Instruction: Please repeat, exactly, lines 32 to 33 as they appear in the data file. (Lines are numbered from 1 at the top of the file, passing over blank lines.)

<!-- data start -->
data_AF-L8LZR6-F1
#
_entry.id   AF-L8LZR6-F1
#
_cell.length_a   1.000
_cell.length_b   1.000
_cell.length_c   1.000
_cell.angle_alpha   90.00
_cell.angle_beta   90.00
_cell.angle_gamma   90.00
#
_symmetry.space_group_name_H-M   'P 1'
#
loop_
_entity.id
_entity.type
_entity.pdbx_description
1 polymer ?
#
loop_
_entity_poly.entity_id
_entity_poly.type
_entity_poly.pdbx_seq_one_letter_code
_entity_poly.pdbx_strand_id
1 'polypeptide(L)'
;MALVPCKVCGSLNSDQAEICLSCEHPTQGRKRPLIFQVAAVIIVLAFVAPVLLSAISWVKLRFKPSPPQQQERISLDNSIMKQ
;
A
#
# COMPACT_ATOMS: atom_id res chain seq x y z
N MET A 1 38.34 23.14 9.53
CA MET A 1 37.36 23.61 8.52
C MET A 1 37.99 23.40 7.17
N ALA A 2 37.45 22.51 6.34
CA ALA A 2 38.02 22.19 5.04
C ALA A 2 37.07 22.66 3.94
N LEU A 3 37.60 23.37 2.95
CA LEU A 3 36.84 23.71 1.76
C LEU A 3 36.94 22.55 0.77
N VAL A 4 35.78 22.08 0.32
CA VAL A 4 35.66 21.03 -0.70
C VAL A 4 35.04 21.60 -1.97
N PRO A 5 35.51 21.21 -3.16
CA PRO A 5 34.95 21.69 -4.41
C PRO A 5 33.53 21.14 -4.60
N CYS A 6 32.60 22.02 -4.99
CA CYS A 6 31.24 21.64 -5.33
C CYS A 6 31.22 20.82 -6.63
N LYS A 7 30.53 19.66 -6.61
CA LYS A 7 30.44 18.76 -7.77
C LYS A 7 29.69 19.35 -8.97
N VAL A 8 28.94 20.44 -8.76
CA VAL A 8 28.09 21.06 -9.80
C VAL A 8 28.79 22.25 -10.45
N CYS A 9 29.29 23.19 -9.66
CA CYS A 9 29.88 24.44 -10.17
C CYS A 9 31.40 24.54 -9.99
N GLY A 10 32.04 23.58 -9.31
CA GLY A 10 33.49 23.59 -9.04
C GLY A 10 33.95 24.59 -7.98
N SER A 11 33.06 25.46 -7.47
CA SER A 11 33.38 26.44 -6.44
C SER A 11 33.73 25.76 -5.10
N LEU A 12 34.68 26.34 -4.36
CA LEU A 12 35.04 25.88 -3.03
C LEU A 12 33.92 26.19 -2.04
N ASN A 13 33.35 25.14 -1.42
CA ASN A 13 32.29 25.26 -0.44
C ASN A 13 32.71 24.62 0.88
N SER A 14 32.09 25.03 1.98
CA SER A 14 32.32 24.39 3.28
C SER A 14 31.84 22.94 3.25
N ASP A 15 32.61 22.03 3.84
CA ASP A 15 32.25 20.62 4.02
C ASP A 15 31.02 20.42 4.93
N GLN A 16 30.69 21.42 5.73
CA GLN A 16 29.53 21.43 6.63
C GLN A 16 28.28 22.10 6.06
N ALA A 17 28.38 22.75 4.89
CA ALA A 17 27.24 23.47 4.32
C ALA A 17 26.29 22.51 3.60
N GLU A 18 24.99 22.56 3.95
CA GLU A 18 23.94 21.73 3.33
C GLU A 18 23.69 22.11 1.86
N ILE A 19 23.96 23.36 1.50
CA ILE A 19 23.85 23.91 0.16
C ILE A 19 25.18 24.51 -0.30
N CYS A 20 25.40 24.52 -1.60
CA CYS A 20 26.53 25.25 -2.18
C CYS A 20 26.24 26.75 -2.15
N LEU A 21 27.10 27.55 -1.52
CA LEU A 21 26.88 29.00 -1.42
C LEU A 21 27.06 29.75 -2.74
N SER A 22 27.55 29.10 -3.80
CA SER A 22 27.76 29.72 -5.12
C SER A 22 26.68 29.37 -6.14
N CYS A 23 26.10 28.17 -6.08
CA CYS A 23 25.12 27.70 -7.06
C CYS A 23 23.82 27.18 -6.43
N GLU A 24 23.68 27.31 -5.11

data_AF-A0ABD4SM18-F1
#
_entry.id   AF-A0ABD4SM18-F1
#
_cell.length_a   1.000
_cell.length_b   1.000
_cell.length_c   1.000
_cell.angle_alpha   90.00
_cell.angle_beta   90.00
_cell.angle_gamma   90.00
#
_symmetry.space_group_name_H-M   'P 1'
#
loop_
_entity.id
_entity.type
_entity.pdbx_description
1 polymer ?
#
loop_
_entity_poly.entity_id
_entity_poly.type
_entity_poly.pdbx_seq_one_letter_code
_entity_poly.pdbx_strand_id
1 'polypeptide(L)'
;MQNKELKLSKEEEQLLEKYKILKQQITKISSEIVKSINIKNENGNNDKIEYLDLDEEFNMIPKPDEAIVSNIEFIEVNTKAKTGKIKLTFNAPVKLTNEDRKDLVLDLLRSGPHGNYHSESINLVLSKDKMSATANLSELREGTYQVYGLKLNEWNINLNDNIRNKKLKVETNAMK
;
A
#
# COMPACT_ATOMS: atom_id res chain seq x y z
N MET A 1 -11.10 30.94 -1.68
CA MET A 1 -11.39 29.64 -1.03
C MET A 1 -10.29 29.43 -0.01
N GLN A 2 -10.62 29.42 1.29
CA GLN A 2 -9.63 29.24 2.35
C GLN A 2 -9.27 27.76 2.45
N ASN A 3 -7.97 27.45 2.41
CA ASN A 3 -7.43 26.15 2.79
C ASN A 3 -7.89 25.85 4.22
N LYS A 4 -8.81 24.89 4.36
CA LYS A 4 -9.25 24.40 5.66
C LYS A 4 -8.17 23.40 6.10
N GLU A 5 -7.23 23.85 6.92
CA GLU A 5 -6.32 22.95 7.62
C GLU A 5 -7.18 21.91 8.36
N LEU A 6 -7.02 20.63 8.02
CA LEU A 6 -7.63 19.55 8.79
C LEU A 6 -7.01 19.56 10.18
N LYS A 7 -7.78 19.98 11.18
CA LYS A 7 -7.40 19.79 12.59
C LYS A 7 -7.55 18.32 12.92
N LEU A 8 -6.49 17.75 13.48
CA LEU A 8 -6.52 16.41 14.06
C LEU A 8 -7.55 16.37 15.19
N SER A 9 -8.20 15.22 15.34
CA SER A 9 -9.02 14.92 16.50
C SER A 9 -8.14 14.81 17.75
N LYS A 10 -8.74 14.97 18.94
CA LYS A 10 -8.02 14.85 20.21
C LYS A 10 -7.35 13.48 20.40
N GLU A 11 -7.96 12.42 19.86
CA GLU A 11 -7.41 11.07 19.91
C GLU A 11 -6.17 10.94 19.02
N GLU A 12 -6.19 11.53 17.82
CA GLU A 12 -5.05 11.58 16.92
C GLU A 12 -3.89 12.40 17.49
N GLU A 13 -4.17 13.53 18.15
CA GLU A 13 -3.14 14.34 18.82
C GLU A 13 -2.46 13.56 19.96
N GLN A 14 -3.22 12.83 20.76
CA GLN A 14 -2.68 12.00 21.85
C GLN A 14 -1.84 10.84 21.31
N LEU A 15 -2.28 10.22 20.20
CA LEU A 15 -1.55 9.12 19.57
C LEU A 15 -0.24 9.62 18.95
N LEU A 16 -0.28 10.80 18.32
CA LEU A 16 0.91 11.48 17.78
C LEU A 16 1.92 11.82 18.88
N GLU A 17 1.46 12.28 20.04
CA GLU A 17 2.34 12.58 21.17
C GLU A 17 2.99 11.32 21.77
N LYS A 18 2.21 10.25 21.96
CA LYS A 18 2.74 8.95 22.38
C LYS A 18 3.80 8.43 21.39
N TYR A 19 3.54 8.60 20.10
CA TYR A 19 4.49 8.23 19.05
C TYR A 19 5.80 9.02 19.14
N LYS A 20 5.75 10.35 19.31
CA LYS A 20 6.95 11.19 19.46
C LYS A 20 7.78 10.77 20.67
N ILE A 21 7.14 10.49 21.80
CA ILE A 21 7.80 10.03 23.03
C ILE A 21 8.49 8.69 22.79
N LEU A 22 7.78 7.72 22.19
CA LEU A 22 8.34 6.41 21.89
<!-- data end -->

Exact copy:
CA MET A 1 37.36 23.61 8.52
C MET A 1 37.99 23.40 7.17